The most incisive guide to issues facing the American family today . . . An invaluable resource for anyone wishing to stay on the cutting edge of research on family trends.

-W. Bradford Wilcox
Associate Professor of Sociology, University of Virginia 

From Divorce Court to Emergency Room

Bryce J. Christensen and Robert W. Patterson

Public-health officials claim that one reason medical costs have spiraled out of control is that a growing number of men and women routinely rely on the emergency room, often in dealing with ailments that could be dealt with elsewhere at lower cost. An Australian study provides clear evidence that the Divorce Revolution has helped to create this costly problem.

Conducted by researchers at a number of clinical programs in Victoria, Australia, this study focuses on a problem not only in Australia but also North America and the United Kingdom: namely, that of “the increasing demand placed on hospital Emergency Departments (EDs) by patients who frequently present [i.e., come to these departments seeking care].” To assess the scope and nature of this problem, the researchers analyze data drawn from admission records for regional emergency departments (what Americans call emergency rooms) from March 2009 to March 2010. These data suggest that marital status matters a good deal in determining who shows up frequently at the emergency room seeking medical care.

Defining “Frequent Presenters” (FPs) as individuals who came to an Emergency Room seeking care eight or more times during this one-year period, the researchers determined that individuals who were Frequent Presenters were more than twice as likely as Non-Frequent Presenters (NFPs) to be divorced or separated (Odds Ratio, 2.2; p < 0.0001). On the other hand, compared to the unmarried (single, divorced, and separated), married individuals were decidedly underrepresented among the Frequent Presenters (Odds Ratio, 0.61; p < 0.0001.)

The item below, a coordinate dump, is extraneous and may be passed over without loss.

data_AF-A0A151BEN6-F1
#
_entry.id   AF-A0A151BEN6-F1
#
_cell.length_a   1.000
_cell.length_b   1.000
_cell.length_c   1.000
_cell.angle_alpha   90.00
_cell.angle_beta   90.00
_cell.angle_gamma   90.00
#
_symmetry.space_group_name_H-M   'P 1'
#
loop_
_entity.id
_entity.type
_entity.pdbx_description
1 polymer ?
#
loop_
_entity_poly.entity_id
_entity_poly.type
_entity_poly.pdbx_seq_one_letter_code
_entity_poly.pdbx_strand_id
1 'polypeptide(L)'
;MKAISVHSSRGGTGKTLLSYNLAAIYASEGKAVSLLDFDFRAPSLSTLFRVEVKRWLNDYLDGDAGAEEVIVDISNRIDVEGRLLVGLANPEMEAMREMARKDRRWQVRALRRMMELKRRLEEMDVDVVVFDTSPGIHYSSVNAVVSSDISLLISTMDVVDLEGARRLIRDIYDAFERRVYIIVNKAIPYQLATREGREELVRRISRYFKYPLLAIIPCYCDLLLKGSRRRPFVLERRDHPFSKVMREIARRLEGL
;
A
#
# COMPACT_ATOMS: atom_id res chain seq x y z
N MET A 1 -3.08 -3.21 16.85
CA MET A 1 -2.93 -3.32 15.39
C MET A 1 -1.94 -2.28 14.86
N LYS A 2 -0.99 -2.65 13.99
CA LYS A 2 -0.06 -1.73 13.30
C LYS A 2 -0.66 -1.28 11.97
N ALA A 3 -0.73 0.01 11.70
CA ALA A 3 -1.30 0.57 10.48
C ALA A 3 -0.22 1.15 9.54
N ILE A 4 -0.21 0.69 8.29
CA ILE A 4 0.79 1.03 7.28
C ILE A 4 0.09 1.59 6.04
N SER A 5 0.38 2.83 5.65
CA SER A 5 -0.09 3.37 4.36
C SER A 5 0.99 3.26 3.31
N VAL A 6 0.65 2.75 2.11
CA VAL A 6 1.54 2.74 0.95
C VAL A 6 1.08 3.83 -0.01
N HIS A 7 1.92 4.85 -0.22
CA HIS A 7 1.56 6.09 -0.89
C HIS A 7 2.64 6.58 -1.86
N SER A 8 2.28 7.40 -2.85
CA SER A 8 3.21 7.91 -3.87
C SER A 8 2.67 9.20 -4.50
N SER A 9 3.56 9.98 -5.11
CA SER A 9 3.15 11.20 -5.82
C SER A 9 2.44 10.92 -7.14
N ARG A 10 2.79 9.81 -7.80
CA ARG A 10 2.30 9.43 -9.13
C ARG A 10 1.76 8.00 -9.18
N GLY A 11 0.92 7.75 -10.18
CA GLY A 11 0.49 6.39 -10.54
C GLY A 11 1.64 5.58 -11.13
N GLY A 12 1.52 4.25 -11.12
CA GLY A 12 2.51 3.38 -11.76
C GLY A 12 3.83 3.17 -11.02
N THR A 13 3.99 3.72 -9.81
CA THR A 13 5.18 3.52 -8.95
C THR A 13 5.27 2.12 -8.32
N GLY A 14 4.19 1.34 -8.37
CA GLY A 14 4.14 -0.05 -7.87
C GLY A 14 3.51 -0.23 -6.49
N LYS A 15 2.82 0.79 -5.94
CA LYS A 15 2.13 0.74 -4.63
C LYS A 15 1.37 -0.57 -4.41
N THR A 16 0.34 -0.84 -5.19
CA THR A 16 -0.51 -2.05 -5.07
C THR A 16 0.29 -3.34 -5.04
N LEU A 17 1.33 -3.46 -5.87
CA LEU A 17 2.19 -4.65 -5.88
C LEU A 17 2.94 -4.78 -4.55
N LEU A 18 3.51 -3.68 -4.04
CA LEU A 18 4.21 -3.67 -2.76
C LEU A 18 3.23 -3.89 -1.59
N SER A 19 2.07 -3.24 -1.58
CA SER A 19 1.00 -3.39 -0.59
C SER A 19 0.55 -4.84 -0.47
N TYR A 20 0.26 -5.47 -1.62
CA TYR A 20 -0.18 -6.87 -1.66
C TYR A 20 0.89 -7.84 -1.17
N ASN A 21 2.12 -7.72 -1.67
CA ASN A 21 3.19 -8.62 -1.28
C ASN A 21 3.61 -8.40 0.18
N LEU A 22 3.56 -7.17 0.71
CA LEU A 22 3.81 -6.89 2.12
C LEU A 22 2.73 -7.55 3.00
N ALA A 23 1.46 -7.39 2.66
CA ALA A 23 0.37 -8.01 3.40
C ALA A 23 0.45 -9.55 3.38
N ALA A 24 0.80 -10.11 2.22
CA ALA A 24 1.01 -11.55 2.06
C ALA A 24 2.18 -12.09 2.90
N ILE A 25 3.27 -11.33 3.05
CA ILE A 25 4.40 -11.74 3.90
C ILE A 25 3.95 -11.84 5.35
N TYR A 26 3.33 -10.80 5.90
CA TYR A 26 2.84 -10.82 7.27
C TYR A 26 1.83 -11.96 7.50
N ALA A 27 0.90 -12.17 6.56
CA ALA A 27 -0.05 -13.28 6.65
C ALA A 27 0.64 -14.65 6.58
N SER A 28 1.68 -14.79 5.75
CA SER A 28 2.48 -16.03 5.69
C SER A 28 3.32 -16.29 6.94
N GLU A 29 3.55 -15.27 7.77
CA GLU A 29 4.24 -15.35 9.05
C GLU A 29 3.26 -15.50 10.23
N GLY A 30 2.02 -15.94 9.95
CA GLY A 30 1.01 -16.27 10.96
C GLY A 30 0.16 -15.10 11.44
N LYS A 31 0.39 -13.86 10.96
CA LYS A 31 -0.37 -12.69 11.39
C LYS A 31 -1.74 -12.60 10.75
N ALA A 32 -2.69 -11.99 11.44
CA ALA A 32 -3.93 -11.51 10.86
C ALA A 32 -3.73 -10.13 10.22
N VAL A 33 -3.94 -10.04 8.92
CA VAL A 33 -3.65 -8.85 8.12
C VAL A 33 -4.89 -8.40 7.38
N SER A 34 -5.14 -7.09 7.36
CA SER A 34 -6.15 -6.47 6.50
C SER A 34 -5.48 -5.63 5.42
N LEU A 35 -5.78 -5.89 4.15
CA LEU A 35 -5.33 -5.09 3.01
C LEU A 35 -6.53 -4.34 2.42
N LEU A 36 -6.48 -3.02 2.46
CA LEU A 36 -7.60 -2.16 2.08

Emphasizing the cost of the heavy reliance upon emergency-room care apparently fostered by marital breakdown, the researchers note that, compared to Non-Frequent Presenters, Frequent Presenters were “more likely to utilise the ambulance service to arrive at the hospital, or in the custody of police” and were also “more likely to be admitted to hospital, [and] more likely to have an admission to a mental health bed.”

The researchers see in their findings “major implications for the utilisation of limited ED [Emergency Department] resources by frequent presenters.” And they call for “further research analysing the effectiveness of targeted multidisciplinary interventions aiming to reduce the frequency of ED attendances.” That research might profitably begin with a search for ways to increase the number of couples heading to wedding chapels and decrease the number heading to divorce courts.

(Donna Markham and Andis Graudins, “Characteristics of Frequent Emergency Department Presenters to an Australian Emergency Medicine Network,” BMC Emergency Medicine 11 [December 16, 2011]: 21.)